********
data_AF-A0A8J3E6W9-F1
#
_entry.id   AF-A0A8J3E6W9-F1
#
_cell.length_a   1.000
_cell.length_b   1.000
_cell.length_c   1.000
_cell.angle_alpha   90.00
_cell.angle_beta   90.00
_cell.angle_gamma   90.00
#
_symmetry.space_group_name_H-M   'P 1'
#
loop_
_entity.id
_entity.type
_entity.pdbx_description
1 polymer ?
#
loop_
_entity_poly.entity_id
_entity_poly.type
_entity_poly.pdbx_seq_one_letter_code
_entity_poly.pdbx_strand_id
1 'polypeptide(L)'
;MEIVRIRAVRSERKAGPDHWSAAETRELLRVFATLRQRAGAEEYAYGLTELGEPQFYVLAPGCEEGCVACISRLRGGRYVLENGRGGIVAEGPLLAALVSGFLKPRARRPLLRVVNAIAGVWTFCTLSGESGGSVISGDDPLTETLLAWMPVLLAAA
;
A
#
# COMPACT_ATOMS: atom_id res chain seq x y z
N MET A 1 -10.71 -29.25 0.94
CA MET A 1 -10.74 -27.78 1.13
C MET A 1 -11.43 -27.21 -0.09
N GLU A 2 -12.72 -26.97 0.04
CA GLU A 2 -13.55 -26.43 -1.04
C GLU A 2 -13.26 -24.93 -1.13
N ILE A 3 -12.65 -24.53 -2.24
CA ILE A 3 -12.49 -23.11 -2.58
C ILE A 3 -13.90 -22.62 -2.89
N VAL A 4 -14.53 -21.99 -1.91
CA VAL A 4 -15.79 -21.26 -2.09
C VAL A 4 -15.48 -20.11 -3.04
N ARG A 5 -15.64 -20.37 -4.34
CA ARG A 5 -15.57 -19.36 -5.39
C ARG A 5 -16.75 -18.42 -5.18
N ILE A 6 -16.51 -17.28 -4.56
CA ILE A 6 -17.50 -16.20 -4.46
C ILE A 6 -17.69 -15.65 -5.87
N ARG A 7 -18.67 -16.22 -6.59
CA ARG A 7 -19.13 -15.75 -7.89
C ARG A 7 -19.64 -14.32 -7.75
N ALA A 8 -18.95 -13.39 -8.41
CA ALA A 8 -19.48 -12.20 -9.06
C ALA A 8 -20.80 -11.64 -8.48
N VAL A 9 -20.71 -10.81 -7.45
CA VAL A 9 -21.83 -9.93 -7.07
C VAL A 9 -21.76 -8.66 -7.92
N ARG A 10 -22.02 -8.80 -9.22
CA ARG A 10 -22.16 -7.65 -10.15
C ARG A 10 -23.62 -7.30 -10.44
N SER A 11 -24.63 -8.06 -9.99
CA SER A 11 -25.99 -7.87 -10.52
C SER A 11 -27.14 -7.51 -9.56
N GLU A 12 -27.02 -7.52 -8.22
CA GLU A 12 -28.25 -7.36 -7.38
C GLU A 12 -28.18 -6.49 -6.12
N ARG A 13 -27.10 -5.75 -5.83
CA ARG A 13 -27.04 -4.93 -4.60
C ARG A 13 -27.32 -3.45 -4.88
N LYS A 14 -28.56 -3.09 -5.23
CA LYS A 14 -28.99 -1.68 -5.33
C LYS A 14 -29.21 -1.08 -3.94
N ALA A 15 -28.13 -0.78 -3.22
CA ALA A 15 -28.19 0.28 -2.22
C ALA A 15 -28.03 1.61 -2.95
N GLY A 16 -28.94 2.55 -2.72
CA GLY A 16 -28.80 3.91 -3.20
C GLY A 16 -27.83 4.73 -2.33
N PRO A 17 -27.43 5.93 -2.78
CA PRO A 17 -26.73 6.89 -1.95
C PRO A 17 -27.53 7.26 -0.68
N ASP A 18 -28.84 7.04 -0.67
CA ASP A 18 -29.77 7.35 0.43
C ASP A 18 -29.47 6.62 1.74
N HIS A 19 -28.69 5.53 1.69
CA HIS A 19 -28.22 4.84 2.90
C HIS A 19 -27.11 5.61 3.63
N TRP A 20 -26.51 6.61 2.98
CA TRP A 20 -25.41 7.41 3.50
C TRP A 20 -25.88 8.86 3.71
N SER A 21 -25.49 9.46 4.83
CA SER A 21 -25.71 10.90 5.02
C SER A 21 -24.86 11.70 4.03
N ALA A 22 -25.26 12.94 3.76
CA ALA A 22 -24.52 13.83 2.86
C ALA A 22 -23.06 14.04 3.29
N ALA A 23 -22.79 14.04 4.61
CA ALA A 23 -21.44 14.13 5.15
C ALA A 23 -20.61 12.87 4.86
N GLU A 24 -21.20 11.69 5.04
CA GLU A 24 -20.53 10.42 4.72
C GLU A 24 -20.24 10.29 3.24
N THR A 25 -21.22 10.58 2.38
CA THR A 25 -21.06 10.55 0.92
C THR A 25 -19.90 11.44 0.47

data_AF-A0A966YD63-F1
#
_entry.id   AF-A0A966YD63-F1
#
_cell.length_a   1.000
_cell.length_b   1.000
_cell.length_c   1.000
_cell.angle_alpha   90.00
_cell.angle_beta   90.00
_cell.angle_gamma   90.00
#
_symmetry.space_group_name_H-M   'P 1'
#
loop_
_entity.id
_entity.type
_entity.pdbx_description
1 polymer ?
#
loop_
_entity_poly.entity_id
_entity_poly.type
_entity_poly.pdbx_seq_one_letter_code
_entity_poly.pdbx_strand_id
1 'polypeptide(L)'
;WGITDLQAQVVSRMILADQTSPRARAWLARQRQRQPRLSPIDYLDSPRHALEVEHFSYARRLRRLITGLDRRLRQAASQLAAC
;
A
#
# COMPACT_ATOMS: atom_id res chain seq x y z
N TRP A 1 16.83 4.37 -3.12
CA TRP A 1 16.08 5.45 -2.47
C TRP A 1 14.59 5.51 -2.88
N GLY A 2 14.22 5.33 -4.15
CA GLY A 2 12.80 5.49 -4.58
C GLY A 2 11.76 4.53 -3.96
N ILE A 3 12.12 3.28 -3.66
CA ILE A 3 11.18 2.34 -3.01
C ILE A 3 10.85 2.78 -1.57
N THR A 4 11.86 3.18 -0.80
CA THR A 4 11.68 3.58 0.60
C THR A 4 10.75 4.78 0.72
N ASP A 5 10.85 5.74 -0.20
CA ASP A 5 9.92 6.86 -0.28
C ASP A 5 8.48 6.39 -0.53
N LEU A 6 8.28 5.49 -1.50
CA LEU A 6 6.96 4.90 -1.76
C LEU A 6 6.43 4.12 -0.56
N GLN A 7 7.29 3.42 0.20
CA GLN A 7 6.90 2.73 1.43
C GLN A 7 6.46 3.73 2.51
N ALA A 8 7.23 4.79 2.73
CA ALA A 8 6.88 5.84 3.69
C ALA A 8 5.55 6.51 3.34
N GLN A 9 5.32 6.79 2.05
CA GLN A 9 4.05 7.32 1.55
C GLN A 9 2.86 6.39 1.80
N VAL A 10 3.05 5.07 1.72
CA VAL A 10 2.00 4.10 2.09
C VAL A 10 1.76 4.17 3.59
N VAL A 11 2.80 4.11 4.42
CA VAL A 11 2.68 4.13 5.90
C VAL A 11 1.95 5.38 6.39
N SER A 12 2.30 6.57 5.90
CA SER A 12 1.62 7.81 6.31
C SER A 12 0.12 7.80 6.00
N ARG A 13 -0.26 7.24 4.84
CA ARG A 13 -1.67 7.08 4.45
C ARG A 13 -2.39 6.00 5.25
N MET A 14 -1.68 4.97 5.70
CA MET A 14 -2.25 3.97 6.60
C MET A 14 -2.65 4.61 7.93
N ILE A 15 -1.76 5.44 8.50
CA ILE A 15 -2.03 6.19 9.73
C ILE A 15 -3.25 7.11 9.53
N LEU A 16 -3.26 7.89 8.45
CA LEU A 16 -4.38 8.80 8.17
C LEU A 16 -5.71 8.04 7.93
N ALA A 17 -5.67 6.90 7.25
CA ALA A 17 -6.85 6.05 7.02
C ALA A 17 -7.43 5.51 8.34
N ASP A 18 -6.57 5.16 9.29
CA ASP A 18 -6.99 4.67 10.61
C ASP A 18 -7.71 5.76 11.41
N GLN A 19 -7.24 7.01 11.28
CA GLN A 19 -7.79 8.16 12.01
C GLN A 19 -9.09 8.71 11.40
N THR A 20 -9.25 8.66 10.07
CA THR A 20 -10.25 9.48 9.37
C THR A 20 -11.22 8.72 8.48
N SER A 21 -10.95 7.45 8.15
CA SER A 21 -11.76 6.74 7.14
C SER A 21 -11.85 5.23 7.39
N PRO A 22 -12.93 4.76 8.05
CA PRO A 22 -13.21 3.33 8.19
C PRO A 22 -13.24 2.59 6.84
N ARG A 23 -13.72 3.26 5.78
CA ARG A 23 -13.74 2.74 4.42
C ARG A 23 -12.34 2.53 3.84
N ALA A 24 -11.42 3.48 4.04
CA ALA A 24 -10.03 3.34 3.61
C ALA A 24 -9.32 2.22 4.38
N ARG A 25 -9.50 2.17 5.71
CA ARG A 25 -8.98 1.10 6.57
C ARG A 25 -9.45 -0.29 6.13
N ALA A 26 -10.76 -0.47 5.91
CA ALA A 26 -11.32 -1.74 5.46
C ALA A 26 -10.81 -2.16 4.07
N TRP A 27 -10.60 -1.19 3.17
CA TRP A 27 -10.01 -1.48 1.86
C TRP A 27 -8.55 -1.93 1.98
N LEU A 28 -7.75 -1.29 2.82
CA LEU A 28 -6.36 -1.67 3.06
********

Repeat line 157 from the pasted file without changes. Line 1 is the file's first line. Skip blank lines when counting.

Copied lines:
N ALA A 8 7.23 4.79 2.73